The general election is now done and dusted. The UK’s future is determined, for good or ill. Scientists (along with everyone else) now must work out how to interact with the new policies, new ideas and – if some of the Tories statements are to be taken at face value – substantial new money going into fresh initiatives. One of those touted in the run-up to the election, courtesy of Dominic Cummings, is the idea of a (D)ARPA like funding entity, sitting – as far as current rumours go – outside UKRI. I am sure I won’t be the only scientist up and down the country reading up about (D)ARPA over Christmas; my copy of Sharon Weinberger’s book Imagineers of War is on order (as referenced in David Willetts’ The Road to 2.4%), ready as a distraction from family and turkey.
That possible initiative is not the only thing the community may need to get to grips with. Time to think more concretely about what life post EU-funding means and the loss of both the ERC and structural funds. Reading the Smith/Reid report leaves many questions unanswered. Will yet another extra-UKRI agency be set up to oversee any new replacement funding? How efficient would having three, distinct public funders be (to be clear, I mean UKRI, ARPA-UK and replacement-EU), if that really is the plan. Would the same senior scientists be involved in oversight of three such bodies; would their back-offices reinvent wheels, even if the conditions of funding were not identical?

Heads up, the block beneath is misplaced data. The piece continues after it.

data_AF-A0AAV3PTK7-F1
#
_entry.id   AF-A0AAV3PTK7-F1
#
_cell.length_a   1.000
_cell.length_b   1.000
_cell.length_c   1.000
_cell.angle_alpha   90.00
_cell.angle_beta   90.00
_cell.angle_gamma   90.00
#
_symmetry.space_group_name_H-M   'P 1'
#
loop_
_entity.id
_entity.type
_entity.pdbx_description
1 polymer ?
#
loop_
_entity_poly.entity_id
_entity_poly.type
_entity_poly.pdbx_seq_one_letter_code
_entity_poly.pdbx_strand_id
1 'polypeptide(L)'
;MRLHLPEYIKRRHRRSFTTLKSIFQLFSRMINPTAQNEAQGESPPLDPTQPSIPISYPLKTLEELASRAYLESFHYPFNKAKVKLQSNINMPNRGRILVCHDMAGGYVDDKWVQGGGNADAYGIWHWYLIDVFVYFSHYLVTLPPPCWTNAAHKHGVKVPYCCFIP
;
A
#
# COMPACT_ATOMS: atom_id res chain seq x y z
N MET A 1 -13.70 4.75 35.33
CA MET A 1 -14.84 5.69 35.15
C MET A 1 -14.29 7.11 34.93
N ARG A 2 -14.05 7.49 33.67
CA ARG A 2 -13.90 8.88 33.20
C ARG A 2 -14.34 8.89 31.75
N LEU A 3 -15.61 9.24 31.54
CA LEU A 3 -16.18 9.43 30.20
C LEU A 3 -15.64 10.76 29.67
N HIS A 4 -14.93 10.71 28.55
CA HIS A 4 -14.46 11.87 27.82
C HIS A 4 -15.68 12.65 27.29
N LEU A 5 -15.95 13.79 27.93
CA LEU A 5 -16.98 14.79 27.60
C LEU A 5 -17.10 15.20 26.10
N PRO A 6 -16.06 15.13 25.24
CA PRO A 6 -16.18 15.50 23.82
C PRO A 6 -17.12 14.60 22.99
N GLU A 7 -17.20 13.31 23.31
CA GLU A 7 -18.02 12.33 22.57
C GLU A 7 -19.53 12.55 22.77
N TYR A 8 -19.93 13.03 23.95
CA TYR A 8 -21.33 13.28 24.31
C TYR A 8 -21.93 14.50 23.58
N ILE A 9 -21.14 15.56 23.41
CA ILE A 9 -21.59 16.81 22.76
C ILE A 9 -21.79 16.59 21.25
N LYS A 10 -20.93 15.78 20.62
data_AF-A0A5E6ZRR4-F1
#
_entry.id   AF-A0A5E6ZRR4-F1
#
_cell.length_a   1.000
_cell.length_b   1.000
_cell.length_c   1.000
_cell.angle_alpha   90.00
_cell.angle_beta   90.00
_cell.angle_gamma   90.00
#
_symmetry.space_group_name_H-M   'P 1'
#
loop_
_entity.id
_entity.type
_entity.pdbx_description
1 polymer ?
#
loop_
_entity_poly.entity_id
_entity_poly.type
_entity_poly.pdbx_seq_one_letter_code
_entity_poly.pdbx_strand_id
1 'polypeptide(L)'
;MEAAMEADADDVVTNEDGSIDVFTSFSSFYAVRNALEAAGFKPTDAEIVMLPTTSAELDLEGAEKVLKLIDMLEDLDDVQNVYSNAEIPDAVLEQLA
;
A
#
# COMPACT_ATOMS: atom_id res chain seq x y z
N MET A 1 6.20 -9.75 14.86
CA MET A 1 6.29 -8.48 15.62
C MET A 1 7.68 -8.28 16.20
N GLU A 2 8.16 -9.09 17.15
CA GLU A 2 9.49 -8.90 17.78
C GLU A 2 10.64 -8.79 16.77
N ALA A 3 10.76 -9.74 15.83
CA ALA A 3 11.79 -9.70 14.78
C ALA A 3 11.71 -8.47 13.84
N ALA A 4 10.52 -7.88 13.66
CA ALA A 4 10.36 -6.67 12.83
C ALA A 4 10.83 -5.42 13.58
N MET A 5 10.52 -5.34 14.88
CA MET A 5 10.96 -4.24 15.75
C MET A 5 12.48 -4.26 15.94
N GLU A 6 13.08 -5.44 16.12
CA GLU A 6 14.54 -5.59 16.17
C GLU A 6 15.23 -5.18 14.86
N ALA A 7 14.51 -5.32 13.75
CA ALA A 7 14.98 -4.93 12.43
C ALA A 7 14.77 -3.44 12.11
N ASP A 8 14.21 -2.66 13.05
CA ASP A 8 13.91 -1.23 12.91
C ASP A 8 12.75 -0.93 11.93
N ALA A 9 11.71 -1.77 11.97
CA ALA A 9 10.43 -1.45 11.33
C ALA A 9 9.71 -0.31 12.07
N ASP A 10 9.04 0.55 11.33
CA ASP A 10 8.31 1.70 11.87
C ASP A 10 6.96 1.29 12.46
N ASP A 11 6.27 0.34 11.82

Post access to EU funds, the possibility of new structures to serve a fully global world, no longer with a special emphasis on collaborations with our nearest neighbours, opens up. How would that work in practice? Would an international strategy be more focussed on facilitating capacity-building in sub-Saharan Africa or ensuring we have good links with the Chinese economy, as it itself invests so much in its own science? Whatever direction and shape these new structures might take, it is absolutely clear that resolving issues around immigration and access to visas has to remain a central plank in our collaborative efforts.
But what about all these newly blue constituencies in the Midlands and North of England, what will ensure they stop being ‘left behind’? On this front, to echo Tony Blair’s past mantra, I would say education, education, education. But it has to be education for a purpose. As Richard Jones has pointed out in his essay Resurgence of the Regions: rebuilding innovation capacity across the whole UK, low skills in such areas result in part from the absence of local jobs at which to aim. Why bother to upskill or study hard at school if there are no jobs waiting for you? Regeneration of these areas in tandem with thinking much harder (and investing more) in education and skills is needed. So, to add to the Christmas reading list we should probably be dusting off our copies of the Augar Review, remembering that university isn’t going to be the goal of every 16-year-old in the country. Further Education colleges rightly need to be reconsidered. Ensuring that this part of the educational ecosystem is fit for purpose, including being properly funded, is going to be a vital part of turning around those parts of the country not currently well-served by innovative local companies and jobs a-plenty.